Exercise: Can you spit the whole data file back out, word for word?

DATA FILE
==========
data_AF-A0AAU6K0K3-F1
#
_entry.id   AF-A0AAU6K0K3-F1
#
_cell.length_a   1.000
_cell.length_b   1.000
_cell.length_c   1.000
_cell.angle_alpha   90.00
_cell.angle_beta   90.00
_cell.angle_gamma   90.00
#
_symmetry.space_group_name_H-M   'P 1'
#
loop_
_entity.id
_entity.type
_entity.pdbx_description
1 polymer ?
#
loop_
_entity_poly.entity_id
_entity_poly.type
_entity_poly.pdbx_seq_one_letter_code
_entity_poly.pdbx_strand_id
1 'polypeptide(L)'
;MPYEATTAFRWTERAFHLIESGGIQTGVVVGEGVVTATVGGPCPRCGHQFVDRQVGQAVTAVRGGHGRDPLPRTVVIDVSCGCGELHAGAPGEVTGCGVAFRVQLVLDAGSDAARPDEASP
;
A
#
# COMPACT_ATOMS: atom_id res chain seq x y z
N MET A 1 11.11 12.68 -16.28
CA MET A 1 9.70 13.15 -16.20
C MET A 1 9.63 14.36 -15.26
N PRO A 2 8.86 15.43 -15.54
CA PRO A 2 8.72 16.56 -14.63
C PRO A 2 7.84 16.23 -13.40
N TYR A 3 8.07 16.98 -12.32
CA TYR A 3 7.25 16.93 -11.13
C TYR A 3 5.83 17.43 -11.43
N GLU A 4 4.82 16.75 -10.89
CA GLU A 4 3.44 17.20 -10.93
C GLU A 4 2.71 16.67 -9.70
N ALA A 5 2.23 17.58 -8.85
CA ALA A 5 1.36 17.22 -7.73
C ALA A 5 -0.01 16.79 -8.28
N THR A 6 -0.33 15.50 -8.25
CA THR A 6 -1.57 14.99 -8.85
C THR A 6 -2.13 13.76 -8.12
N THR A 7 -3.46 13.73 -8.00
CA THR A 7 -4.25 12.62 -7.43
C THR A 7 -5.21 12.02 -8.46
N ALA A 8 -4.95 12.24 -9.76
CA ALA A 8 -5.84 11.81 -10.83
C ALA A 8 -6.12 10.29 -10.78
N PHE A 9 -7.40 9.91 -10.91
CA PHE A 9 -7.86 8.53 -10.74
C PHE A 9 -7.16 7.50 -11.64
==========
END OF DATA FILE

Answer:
data_AF-A0AAU6K0K3-F1
#
_entry.id   AF-A0AAU6K0K3-F1
#
_cell.length_a   1.000
_cell.length_b   1.000
_cell.length_c   1.000
_cell.angle_alpha   90.00
_cell.angle_beta   90.00
_cell.angle_gamma   90.00
#
_symmetry.space_group_name_H-M   'P 1'
#
loop_
_entity.id
_entity.type
_entity.pdbx_description
1 polymer ?
#
loop_
_entity_poly.entity_id
_entity_poly.type
_entity_poly.pdbx_seq_one_letter_code
_entity_poly.pdbx_strand_id
1 'polypeptide(L)'
;MPYEATTAFRWTERAFHLIESGGIQTGVVVGEGVVTATVGGPCPRCGHQFVDRQVGQAVTAVRGGHGRDPLPRTVVIDVSCGCGELHAGAPGEVTGCGVAFRVQLVLDAGSDAARPDEASP
;
A
#
# COMPACT_ATOMS: atom_id res chain seq x y z
N MET A 1 11.11 12.68 -16.28
CA MET A 1 9.70 13.15 -16.20
C MET A 1 9.63 14.36 -15.26
N PRO A 2 8.86 15.43 -15.54
CA PRO A 2 8.72 16.56 -14.63
C PRO A 2 7.84 16.23 -13.40
N TYR A 3 8.07 16.98 -12.32
CA TYR A 3 7.25 16.93 -11.13
C TYR A 3 5.83 17.43 -11.43
N GLU A 4 4.82 16.75 -10.89
CA GLU A 4 3.44 17.20 -10.93
C GLU A 4 2.71 16.67 -9.70
N ALA A 5 2.23 17.58 -8.85
CA ALA A 5 1.36 17.22 -7.73
C ALA A 5 -0.01 16.79 -8.28
N THR A 6 -0.33 15.50 -8.25
CA THR A 6 -1.57 14.99 -8.85
C THR A 6 -2.13 13.76 -8.12
N THR A 7 -3.46 13.73 -8.00
CA THR A 7 -4.25 12.62 -7.43
C THR A 7 -5.21 12.02 -8.46
N ALA A 8 -4.95 12.24 -9.76
CA ALA A 8 -5.84 11.81 -10.83
C ALA A 8 -6.12 10.29 -10.78
N PHE A 9 -7.40 9.91 -10.91
CA PHE A 9 -7.86 8.53 -10.74
C PHE A 9 -7.16 7.50 -11.64